A mystical Godard: homage to a giant of cinema

On September 13, 2022, we heard the last undertow of the new wave and the last breath of Jean-Luc Godard. Cinema and television hadn’t interested him for a while. They had become too flat, whereas the earth is not flat. She is round, round like Mary’s belly. He dug the depth of the present in his images and his dialogues with street noises, jazz, Bach, unusual shots or an off commentary, like Mallarmé dug his verses with his words and his images taken from his head. Godard wanted to film the invisible otherwise he would have made TV movies, he explained. At least, with the cinema we raise our heads; with TV, we lower it, he also said.

At the time, the cathode ray tube could still make believe in a certain depth; today, screens are flat like what they broadcast. What were his feelings at the time of his end of assisted life, do we wonder in the same way that he wondered in off what were the feelings of the three young actors dancing the madison in a band apart? Claude Brasseur was looking at her feet, Anna Karina was worried about whether the other two were looking at her breasts and Sami Frey was thinking about everything and nothing. And if that was Godard finally, a permanent voiceover, taking the decision to integrate the words of the commentator with the music and the sounds, telling us in musical phrasing: be careful what you see when you go to the cinema, eh well, the real is both simpler and more complicated. A prosody that we will miss because birth and death, yes, it is both simple and complicated.

At the beginning of Godard’s films was the verb of the commentator; before the image, the words of an actress or an actor, who create their cinema in our heads. Hearing precedes sight, it’s as old as The Song of Songs: “It is the voice of my beloved! He hits ! Him. Open to me, my sister, my friend, my dove, my very pure (…) my entrails quivered: it was him! (…) I opened the door to my beloved: my beloved had turned away, he had disappeared. » Marie the basketball player, before entering the game, wonders off “if something happened in my life”. She enters the field … static shot showing the moon. She steps forward to throw the ball, the voiceover still, “All I had of love…this static shot on the moon…the shadow and even the shadow of a shadow.” Later, her uncle Gabriel announces to her that she is going to have a child. “From whom? she asks. “Don’t play the innocent”uncle replies curtly.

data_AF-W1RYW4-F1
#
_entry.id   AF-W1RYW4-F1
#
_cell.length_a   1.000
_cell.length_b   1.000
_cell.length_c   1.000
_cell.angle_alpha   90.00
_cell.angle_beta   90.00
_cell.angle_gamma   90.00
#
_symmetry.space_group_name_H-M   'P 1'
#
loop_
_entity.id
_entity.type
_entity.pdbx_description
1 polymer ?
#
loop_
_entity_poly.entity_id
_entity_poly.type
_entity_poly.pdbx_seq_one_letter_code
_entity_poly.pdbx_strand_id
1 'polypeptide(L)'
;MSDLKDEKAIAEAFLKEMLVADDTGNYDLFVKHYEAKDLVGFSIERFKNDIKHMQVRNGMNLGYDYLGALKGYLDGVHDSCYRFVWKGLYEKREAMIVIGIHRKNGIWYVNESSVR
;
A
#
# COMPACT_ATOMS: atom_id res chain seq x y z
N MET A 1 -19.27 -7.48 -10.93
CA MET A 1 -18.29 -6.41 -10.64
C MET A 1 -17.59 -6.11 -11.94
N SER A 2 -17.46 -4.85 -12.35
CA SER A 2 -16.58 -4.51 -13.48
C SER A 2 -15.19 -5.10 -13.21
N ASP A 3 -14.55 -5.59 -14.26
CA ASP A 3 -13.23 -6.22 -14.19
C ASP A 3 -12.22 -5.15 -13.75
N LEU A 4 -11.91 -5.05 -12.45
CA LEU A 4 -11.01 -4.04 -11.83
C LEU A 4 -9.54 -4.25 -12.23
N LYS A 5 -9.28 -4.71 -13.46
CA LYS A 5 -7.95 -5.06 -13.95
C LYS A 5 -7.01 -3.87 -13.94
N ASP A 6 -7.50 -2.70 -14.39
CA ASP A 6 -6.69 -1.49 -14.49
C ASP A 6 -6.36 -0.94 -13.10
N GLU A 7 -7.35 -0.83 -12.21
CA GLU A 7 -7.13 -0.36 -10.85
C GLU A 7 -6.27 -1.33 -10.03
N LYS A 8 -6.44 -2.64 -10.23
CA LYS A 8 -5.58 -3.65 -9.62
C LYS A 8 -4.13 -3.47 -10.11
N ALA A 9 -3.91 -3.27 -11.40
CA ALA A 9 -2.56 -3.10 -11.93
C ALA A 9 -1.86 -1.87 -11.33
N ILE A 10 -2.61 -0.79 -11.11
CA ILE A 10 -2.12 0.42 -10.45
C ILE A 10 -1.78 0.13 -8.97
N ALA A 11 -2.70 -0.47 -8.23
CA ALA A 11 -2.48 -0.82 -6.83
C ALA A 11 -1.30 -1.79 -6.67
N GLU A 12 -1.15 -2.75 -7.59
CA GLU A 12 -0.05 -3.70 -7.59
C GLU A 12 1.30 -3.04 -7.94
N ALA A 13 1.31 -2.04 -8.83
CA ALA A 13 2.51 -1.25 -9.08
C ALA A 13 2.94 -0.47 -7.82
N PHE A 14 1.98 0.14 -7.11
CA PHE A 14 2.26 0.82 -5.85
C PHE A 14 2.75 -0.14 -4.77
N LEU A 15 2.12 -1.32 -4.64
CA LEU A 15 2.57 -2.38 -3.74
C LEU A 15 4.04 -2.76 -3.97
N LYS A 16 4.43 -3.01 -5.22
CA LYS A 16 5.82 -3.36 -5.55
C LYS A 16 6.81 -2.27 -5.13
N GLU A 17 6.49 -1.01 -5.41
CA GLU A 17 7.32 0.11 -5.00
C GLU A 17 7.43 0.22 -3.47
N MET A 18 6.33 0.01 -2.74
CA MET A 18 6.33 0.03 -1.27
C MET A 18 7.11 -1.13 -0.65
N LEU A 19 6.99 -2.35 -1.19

Godard, the Calvinist atheist, inscribes his scenario in the tradition of the Gospels, he multiplies the levels of discourse: conception, birth, fertilization, nativity, virginity, pregnancy, chastity, infidelity, procreation, incarnation, duality of the soul and the body. Godard says, shows, suggests, names and creates but does not explain. The pope was wounded, the traditionalists saw in it a blasphemy, La Croix, Etudes, Panorama, Témoignage Chrétien, the great return of religion in French cinema, some, a psalm, and the general public, a modern parable, that of the chicken and egg: beyond metaphysics, the grain and the ear of Aristotle. Some moviegoers saw it as a laborious and badly turned pastiche.

Eight years later I salute you mariehe delivers a short film, Hail Sarajevo, two minutes fifteen, the brief second part of an altarpiece dedicated to Mary. Next to the Annunciation, a mother of pain. As much as the first painting of the diptych abounded with images, characters and shots, the second, as if in counterpoint to a visual fugue, shows only one image, a war photo by photographer Ron Haviv, taken during the massacre of Bijeljina in Bosnia on April 1 and 2, 1992. A mother at the foot of a son, a Serbian militiaman from the paramilitary group Arkan’s Tigers who is about to give the deathblow to a woman lying on a sidewalk with a blow head to toe. Maybe she’s already dead. He’s relaxed, cigarette in hand, sunglasses on his forehead, it looks like he’s going to kick a ball. The prosody of the voiceover becomes a cantata, it reads Bernanos, The humiliated : “Fear, you see, is all the same the daughter of God, redeemed on Good Friday night, she is not pretty to see, sometimes scratchy, sometimes media, and yet make no mistake about it, she is at the bedside of each agony, she intercedes for man. » What was Godard afraid of if not death?

Christophe Courtin, former director of projects and programs at the Catholic Committee against Hunger and for Development (CCFD), is an international consultant on issues of civil society, rule of law, justice and human rights in Africa. Columnist in the magazine Golias Hebdo, he is the author of Sufi letters. Reason, revelation and tradition in the Sahel (L’Harmattan, 2005) and The dictionary of received ideas about development aid (Golias, 2016).

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A mystical Godard: homage to a giant of cinema

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